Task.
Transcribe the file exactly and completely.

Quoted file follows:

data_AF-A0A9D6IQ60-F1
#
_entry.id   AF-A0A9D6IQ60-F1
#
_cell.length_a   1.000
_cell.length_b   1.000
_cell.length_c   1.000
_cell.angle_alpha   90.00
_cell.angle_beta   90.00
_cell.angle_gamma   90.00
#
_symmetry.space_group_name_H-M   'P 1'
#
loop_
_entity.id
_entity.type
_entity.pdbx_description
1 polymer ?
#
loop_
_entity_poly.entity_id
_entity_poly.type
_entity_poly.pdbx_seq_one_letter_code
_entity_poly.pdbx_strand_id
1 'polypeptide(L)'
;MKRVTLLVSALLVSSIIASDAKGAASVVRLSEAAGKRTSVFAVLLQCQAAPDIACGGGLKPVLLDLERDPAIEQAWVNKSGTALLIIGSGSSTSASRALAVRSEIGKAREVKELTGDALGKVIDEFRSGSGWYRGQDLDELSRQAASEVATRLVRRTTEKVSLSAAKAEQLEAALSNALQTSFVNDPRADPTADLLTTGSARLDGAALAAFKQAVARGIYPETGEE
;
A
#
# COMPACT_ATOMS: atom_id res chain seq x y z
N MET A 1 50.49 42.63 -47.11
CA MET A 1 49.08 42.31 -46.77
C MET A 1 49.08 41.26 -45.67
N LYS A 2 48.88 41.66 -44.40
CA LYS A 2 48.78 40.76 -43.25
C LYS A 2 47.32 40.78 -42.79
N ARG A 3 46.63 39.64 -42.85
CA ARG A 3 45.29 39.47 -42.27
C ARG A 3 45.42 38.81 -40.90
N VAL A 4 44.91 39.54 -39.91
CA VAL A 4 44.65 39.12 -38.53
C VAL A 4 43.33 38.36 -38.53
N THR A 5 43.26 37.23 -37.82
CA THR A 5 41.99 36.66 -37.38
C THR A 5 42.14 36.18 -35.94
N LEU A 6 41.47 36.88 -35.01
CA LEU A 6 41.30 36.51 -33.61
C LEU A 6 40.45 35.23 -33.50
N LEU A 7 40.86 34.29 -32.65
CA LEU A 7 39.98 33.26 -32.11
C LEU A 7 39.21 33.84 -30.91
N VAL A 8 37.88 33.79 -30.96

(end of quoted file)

data_AF-A0A9D6IQ60-F1
#
_entry.id   AF-A0A9D6IQ60-F1
#
_cell.length_a   1.000
_cell.length_b   1.000
_cell.length_c   1.000
_cell.angle_alpha   90.00
_cell.angle_beta   90.00
_cell.angle_gamma   90.00
#
_symmetry.space_group_name_H-M   'P 1'
#
loop_
_entity.id
_entity.type
_entity.pdbx_description
1 polymer ?
#
loop_
_entity_poly.entity_id
_entity_poly.type
_entity_poly.pdbx_seq_one_letter_code
_entity_poly.pdbx_strand_id
1 'polypeptide(L)'
;MKRVTLLVSALLVSSIIASDAKGAASVVRLSEAAGKRTSVFAVLLQCQAAPDIACGGGLKPVLLDLERDPAIEQAWVNKSGTALLIIGSGSSTSASRALAVRSEIGKAREVKELTGDALGKVIDEFRSGSGWYRGQDLDELSRQAASEVATRLVRRTTEKVSLSAAKAEQLEAALSNALQTSFVNDPRADPTADLLTTGSARLDGAALAAFKQAVARGIYPETGEE
;
A
#
# COMPACT_ATOMS: atom_id res chain seq x y z
N MET A 1 50.49 42.63 -47.11
CA MET A 1 49.08 42.31 -46.77
C MET A 1 49.08 41.26 -45.67
N LYS A 2 48.88 41.66 -44.40
CA LYS A 2 48.78 40.76 -43.25
C LYS A 2 47.32 40.78 -42.79
N ARG A 3 46.63 39.64 -42.85
CA ARG A 3 45.29 39.47 -42.27
C ARG A 3 45.42 38.81 -40.90
N VAL A 4 44.91 39.54 -39.91
CA VAL A 4 44.65 39.12 -38.53
C VAL A 4 43.33 38.36 -38.53
N THR A 5 43.26 37.23 -37.82
CA THR A 5 41.99 36.66 -37.38
C THR A 5 42.14 36.18 -35.94
N LEU A 6 41.47 36.88 -35.01
CA LEU A 6 41.30 36.51 -33.61
C LEU A 6 40.45 35.23 -33.50
N LEU A 7 40.86 34.29 -32.65
CA LEU A 7 39.98 33.26 -32.11
C LEU A 7 39.21 33.84 -30.91
N VAL A 8 37.88 33.79 -30.96